Graduation week I got orders to leave the Army because of my foot, but I had a physical every so often just to make sure I was still injured.  I returned to college, work and swimming teams. I got my degree and grew up a lot during the next couple of years. Life was good, but I still had a physical every so often.

Finally my last suture came out and I was again classified 1-A. I was not in the lottery. I was still under the control of the local board. I ended up joining the Army after college and was in for about 4 plus years. I had a great job, got great experience and was discharged with my sanity and all my limbs. The GI bill got me to my Ph.D. and now I have some GI’s as my advisees. It’s my turn to watch their backs now and help them navigate the education bureaucracy.  The time in the Army involved some of the most difficult and physically demanding work I had ever experienced. I did better and could survive things better after having a college degree. I know a lot of people who were in the Army and were not really suited for it – were physically and mentally weak. They needed to be doing some other national service instead of going to war. Even with my bad foot I had to carry packs and equipment for my platoon mates. Same thing the second time.

I did Modern Pentathlon at Fort Sam Houston for my time in the Army. We traveled to Eastern Europe and Russia proper. I could see it was an inept and alcoholic regime and the only thing to be feared was Brezhnev getting too drunk and pushing the button. Their sports equipment was faulty in every way. We traded levis for caviar. About one in ten of their fencing blades was excellent in its temper and balance. But you wanted to make the first choices from bundles of 250 blades. A pair of levis that fit the keeper of the blades always did it.

One time we went to Poland and a young border guard tore apart all of my luggage and my kit. He found foot powder and everyone came over as he screamed hysterically. Slowly he poured it our on his hand and put his tongue on it. I signaled to the old guard and pointed to my foot and everyone laughed. So they threw my luggage all over the airport, dumped out the powder, smeared toothpaste all over my clothes and just made a mess. The older guard put the tips of his fingers on the side of his neck with his hand straight – which is the sign that means he is an alcoholic. Such adventures.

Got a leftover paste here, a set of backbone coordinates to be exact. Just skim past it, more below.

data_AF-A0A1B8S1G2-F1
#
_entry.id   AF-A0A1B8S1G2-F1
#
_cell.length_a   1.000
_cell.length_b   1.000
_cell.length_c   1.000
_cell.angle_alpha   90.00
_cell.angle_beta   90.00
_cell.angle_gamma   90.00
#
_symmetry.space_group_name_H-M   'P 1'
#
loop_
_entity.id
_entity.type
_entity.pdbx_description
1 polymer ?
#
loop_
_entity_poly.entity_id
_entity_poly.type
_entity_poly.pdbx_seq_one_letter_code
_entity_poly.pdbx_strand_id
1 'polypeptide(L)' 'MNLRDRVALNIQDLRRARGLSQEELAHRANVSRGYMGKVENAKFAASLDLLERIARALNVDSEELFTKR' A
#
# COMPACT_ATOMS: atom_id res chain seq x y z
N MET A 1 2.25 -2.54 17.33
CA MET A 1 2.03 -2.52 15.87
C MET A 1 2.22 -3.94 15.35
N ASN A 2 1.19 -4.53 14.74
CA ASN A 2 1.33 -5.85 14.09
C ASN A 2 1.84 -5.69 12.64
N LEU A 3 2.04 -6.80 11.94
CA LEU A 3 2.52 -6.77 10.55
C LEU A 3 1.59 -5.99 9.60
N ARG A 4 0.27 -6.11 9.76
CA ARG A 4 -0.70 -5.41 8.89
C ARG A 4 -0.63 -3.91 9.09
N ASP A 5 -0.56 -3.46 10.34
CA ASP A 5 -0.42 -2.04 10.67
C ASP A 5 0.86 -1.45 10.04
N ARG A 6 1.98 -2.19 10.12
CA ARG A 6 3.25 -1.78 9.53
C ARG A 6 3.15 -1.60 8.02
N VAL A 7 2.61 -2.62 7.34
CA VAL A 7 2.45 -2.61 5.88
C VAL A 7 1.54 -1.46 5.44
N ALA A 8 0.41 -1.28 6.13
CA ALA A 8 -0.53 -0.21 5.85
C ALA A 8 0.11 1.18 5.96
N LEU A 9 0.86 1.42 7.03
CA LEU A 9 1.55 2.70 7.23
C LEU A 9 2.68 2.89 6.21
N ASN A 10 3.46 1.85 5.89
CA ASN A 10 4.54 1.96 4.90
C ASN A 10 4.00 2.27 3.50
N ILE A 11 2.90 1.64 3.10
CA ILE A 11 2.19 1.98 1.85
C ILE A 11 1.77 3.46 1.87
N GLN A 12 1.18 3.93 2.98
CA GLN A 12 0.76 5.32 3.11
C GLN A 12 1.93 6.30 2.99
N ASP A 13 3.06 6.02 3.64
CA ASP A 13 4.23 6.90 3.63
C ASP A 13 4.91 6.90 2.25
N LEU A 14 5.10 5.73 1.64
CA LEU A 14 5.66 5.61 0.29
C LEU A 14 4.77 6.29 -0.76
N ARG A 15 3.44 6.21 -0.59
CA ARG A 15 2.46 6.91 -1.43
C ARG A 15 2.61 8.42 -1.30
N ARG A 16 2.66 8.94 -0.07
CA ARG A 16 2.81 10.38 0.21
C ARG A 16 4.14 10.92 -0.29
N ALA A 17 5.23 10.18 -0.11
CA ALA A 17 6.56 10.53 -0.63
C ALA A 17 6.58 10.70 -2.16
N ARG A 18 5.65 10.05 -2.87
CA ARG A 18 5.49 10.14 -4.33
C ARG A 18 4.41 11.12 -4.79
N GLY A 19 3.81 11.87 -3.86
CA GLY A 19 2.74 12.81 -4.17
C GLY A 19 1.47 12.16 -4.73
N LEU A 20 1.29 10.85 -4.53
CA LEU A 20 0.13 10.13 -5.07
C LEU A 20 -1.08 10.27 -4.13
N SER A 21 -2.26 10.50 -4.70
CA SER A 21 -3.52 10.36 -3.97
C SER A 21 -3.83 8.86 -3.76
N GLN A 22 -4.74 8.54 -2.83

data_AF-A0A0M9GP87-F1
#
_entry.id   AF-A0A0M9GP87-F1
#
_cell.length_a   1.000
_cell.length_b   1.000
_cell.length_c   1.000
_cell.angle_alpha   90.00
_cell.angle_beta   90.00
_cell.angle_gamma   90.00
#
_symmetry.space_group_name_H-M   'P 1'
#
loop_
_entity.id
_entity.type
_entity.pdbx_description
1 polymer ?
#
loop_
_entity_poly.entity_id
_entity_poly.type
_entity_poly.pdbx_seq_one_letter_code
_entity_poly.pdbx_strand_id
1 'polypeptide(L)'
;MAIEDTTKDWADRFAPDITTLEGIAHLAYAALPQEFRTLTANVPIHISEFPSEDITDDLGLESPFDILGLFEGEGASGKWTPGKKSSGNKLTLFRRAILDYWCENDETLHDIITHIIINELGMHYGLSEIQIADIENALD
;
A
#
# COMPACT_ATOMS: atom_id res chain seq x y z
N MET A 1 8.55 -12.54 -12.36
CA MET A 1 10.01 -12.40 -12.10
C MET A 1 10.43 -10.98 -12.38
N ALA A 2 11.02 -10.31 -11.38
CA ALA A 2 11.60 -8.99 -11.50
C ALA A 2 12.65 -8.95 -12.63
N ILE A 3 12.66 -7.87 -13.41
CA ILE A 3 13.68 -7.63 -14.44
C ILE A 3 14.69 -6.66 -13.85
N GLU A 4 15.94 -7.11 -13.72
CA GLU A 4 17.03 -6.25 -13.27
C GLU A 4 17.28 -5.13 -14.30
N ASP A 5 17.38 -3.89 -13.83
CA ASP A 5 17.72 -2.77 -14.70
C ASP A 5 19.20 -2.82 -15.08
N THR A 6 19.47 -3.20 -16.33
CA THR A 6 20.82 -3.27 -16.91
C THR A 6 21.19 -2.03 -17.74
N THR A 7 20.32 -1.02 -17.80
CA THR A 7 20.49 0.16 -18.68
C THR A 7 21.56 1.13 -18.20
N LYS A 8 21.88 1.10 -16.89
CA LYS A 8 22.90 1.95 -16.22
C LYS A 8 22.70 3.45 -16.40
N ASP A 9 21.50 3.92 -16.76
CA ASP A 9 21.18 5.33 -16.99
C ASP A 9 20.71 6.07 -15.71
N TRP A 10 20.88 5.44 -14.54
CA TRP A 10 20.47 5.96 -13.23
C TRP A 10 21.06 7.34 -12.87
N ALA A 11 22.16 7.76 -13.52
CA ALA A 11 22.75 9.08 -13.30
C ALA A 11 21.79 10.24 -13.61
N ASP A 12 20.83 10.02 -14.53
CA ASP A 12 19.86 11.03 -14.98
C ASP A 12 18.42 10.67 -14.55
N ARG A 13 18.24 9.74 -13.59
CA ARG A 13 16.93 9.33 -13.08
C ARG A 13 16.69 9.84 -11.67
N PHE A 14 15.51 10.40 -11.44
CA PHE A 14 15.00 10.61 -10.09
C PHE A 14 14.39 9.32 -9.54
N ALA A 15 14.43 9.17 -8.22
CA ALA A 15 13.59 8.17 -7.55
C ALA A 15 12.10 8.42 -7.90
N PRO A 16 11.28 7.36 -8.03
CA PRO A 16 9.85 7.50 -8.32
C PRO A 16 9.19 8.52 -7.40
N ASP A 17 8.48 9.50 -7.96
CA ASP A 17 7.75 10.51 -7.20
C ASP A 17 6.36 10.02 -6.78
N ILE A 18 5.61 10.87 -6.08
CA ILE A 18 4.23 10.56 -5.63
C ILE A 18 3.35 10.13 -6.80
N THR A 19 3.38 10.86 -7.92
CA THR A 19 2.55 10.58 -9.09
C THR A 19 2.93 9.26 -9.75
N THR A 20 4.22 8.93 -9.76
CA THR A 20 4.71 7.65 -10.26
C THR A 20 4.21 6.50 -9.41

I will tell you one thing: had Sergeant Barnes been my platoon sergeant in Vietnam he would have had a terrible accident and I would have been the one to provide the accident if no one else had volunteered. It’s because of idiots like this that we veterans have such a bad name.  He did not realize the Vietcong were forcing villagers to hide them and supply them with food.

We ruined their country for nothing. There was no Tonkin Incident – that was a farce and LBJ, well, he got what he deserved for pushing the war to the brink. MACKNam (Robert McNamara – Secretary of Defense) was also a jerk, micromanaging the war, having the B-52’s ingress and egress on the same headings so the missiles just sat and waited. I don’t think JFK would have had the half a million man build up. I think he would have gotten out.

That’s my take on it and my dad was right. They were afraid to win the war.  I feel a bit weird about the two times in the Army. I also had horrible vision, but there were a lot more people less capable than me that should have never been in the Army. Too many Sergeant Barnes types, that’s for sure. I was physically very tough, but the bleeding in my foot would have been bad in Vietnam. Still they could have sent me to Germany like a lot of other guys. Oh, well, that is how life turns out.